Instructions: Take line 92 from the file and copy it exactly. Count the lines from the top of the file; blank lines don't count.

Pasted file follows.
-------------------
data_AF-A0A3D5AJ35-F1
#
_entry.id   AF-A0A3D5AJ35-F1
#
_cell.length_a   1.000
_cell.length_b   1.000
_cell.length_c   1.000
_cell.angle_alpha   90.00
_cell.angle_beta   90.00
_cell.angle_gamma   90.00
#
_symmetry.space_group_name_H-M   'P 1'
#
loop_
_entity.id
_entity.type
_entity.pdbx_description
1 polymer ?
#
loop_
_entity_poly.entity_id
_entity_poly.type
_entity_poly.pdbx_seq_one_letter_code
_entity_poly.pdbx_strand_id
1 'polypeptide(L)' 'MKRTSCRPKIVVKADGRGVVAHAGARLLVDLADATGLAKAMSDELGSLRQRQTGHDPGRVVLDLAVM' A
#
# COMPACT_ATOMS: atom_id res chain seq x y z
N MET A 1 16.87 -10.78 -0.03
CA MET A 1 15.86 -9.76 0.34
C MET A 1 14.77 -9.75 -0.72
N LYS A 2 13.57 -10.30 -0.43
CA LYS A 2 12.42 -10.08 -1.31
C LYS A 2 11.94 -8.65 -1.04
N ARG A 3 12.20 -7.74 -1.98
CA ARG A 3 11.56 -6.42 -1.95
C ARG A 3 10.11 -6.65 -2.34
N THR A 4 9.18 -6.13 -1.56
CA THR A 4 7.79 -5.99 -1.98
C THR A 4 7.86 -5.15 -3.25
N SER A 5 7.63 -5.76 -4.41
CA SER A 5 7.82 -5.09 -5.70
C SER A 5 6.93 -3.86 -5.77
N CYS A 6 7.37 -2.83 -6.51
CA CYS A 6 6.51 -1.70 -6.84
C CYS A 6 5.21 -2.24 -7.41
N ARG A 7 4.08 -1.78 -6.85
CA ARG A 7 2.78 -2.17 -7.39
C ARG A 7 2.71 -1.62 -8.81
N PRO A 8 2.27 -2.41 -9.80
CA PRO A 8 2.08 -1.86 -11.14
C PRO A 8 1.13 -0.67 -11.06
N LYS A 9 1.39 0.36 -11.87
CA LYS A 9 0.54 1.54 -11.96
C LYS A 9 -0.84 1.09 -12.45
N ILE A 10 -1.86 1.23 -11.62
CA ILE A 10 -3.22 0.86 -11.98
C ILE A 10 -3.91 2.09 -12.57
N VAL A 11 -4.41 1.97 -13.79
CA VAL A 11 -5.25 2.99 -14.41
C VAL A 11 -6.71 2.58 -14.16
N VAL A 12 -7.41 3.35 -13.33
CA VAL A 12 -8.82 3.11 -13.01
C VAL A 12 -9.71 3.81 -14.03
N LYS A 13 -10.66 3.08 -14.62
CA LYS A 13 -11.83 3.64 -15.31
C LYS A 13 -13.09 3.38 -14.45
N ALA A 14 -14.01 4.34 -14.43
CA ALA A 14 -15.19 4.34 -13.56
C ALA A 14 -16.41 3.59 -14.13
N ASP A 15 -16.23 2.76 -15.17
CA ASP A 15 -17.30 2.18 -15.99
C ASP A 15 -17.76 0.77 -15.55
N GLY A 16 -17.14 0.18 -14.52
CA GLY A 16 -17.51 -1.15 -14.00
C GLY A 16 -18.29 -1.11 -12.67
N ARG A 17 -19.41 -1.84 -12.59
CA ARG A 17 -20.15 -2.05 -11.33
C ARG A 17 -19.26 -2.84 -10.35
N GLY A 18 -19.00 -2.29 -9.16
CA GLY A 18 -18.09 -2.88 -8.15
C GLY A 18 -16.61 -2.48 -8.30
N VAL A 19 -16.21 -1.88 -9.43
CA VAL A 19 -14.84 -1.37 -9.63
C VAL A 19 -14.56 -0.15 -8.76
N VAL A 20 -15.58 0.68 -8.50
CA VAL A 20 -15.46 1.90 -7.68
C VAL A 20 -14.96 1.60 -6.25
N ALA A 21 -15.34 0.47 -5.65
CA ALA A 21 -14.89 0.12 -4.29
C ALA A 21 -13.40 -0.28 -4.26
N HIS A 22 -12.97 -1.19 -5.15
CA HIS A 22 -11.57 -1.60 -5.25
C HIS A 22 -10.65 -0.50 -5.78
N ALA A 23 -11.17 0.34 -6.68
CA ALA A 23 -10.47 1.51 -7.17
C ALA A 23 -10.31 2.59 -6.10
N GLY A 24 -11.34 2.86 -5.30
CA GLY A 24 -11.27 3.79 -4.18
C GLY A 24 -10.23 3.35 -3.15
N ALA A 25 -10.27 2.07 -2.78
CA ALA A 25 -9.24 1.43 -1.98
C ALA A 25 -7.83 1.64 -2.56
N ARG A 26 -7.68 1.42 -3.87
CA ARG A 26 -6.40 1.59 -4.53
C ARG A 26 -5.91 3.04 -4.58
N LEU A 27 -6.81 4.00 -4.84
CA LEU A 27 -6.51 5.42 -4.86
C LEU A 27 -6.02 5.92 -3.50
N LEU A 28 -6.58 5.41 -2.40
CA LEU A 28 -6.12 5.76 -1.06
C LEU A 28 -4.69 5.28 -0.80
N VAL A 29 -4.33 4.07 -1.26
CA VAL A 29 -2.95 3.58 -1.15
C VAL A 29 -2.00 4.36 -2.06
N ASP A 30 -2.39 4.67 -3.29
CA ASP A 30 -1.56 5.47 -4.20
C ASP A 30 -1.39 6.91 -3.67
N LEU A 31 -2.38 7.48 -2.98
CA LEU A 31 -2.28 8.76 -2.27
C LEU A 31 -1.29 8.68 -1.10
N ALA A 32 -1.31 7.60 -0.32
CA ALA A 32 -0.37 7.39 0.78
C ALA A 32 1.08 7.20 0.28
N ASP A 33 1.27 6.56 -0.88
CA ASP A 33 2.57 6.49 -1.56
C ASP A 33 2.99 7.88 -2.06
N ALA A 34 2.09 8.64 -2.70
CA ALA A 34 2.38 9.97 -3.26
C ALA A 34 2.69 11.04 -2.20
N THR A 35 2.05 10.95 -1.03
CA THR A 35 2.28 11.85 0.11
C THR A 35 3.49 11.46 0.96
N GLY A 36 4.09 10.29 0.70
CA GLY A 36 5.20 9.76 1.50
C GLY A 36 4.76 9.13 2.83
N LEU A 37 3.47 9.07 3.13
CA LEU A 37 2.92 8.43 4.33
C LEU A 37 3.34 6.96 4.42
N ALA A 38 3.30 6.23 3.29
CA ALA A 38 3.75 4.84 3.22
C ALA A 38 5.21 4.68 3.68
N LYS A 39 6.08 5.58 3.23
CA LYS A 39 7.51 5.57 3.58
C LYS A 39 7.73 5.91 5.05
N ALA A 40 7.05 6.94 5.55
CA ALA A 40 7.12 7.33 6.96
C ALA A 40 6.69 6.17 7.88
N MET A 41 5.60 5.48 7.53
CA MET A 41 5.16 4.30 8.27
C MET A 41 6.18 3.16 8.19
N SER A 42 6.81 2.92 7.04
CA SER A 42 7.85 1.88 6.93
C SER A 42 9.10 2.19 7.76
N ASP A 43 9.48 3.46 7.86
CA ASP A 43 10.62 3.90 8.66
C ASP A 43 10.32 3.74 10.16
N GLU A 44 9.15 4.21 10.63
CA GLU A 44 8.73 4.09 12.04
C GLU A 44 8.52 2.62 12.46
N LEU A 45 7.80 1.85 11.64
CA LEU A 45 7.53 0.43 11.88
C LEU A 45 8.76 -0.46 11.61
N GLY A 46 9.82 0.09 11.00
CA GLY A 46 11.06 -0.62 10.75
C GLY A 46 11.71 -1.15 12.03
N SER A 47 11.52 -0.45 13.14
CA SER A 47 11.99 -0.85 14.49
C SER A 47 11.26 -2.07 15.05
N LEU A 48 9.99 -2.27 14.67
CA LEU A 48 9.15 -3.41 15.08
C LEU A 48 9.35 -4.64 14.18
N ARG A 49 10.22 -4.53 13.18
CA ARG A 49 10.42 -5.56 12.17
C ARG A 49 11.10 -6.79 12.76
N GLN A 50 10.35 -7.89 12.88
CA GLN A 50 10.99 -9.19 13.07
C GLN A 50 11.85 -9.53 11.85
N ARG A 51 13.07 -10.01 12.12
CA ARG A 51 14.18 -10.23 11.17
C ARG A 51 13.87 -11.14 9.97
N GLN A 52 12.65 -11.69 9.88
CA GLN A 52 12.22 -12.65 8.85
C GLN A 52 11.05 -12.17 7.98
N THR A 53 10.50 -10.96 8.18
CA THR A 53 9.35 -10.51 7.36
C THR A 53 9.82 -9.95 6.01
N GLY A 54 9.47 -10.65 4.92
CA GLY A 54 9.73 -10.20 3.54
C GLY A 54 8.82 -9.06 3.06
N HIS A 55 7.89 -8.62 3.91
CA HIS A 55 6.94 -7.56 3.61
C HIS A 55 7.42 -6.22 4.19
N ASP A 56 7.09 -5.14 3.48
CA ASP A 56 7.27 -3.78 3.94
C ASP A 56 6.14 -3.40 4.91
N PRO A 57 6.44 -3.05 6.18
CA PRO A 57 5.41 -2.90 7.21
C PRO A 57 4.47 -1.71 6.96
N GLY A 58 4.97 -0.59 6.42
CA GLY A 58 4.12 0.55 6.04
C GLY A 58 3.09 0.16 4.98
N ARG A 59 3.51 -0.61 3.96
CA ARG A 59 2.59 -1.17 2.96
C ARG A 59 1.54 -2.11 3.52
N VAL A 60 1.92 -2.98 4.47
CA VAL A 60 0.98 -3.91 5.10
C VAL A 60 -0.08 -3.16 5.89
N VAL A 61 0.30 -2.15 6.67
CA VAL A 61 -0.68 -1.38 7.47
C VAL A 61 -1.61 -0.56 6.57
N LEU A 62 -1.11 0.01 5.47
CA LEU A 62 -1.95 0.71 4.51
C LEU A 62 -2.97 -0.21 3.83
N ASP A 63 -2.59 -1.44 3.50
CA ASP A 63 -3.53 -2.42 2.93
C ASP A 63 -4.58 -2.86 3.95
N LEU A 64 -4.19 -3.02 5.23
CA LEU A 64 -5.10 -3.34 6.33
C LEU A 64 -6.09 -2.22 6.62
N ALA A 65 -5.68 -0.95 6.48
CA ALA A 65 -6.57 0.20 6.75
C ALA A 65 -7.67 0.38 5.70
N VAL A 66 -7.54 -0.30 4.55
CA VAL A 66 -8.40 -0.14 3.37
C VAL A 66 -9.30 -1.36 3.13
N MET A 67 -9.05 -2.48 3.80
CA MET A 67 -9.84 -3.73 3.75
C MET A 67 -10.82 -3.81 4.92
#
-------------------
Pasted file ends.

CA HIS A 22 -11.57 -1.60 -5.25